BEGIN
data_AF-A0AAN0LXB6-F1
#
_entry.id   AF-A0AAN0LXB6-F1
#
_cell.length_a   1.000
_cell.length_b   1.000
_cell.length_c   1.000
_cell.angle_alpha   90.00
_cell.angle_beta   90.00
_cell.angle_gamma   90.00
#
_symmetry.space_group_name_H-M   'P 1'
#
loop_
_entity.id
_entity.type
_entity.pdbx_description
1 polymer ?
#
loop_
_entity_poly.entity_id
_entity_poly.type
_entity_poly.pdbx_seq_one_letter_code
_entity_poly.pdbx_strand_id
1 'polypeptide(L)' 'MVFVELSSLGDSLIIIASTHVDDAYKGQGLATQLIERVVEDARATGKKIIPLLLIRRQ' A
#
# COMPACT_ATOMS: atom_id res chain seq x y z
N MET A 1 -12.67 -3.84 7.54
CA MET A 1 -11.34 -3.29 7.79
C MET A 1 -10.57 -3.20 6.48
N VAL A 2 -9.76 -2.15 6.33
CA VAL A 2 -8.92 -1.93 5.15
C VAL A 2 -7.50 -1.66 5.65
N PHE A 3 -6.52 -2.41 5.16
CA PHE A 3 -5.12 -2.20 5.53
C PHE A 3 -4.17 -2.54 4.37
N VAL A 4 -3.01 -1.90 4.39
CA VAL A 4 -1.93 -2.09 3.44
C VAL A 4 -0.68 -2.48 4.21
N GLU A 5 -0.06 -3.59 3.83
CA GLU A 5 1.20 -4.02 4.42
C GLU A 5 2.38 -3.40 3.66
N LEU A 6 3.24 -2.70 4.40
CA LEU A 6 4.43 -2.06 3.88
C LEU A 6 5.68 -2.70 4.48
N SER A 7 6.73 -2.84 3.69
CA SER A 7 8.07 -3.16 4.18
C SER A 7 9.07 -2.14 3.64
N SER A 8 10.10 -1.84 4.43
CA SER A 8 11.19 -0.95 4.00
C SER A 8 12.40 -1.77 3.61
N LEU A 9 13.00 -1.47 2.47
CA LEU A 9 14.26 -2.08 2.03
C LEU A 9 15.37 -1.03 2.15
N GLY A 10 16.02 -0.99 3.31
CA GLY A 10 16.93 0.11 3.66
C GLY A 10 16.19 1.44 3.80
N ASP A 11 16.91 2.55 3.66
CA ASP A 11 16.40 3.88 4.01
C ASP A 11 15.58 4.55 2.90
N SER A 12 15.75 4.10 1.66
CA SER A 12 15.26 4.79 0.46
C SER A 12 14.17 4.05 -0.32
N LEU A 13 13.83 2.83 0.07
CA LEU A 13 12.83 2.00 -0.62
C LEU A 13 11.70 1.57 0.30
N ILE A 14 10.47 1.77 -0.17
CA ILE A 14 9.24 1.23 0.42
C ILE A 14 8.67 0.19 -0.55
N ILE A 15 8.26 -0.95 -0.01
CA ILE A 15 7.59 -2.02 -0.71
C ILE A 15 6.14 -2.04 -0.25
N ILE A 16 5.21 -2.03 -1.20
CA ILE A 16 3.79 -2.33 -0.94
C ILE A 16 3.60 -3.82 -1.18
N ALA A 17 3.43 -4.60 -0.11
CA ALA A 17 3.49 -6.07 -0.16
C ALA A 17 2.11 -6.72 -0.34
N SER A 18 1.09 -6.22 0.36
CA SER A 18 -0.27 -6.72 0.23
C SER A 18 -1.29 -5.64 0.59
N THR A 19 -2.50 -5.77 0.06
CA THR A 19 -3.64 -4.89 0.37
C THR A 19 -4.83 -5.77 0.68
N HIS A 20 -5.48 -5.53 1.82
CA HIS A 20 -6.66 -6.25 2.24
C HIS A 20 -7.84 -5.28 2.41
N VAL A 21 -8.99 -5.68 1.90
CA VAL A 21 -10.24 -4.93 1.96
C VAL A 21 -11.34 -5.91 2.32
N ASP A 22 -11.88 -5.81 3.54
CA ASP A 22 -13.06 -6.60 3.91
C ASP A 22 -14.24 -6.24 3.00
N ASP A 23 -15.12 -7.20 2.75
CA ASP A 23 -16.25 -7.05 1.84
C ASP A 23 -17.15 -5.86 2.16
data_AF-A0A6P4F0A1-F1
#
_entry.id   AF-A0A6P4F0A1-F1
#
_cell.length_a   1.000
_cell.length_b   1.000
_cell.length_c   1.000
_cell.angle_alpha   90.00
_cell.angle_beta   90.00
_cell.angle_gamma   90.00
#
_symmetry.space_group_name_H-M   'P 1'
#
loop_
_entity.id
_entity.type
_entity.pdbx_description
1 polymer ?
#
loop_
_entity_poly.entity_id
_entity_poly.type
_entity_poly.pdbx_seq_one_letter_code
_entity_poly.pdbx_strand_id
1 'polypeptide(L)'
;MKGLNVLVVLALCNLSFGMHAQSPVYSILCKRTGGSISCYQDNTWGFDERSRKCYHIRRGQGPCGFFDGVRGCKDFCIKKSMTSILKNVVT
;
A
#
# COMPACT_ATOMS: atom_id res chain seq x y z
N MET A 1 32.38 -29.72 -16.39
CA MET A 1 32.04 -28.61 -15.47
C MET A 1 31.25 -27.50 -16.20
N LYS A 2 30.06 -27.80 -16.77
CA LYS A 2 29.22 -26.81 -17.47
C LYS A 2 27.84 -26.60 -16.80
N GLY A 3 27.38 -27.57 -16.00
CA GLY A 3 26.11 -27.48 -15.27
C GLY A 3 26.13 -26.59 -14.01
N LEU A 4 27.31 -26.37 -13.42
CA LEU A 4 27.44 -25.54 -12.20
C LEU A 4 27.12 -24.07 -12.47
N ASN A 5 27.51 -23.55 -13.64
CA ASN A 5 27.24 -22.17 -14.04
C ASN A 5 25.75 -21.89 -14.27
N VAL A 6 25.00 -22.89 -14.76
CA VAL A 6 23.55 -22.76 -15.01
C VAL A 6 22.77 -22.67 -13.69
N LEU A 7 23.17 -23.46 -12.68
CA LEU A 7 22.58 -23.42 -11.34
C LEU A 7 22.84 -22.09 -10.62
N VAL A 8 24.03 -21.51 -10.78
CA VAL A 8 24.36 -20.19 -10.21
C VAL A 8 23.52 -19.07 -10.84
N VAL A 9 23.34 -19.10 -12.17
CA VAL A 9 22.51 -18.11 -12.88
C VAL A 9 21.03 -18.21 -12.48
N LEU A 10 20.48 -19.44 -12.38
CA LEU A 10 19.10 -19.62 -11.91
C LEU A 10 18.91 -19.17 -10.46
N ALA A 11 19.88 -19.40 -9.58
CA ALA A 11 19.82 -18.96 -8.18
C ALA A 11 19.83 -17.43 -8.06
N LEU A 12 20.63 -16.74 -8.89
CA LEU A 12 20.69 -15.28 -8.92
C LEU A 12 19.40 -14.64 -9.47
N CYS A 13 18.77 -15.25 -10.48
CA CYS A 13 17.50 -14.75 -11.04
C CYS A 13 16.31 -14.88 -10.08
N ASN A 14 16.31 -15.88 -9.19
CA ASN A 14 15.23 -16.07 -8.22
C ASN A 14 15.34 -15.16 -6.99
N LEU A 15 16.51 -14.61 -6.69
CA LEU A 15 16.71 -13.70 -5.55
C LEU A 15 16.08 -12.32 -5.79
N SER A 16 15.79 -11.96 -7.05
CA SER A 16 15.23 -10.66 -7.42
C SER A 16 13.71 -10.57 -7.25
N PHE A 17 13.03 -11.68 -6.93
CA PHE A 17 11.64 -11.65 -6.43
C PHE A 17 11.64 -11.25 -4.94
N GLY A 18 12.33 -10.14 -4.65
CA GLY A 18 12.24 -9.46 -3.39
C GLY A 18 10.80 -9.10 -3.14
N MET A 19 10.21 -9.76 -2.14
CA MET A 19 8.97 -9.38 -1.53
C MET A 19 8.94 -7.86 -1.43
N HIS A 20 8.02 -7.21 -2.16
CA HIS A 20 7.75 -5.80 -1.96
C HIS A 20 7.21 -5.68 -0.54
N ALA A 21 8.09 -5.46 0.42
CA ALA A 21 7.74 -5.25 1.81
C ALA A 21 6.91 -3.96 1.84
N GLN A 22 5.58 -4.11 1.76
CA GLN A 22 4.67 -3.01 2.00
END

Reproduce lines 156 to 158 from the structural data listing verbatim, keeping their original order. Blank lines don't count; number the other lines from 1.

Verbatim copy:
C LEU A 10 18.91 -19.17 -10.46
N ALA A 11 19.88 -19.40 -9.58
CA ALA A 11 19.82 -18.96 -8.18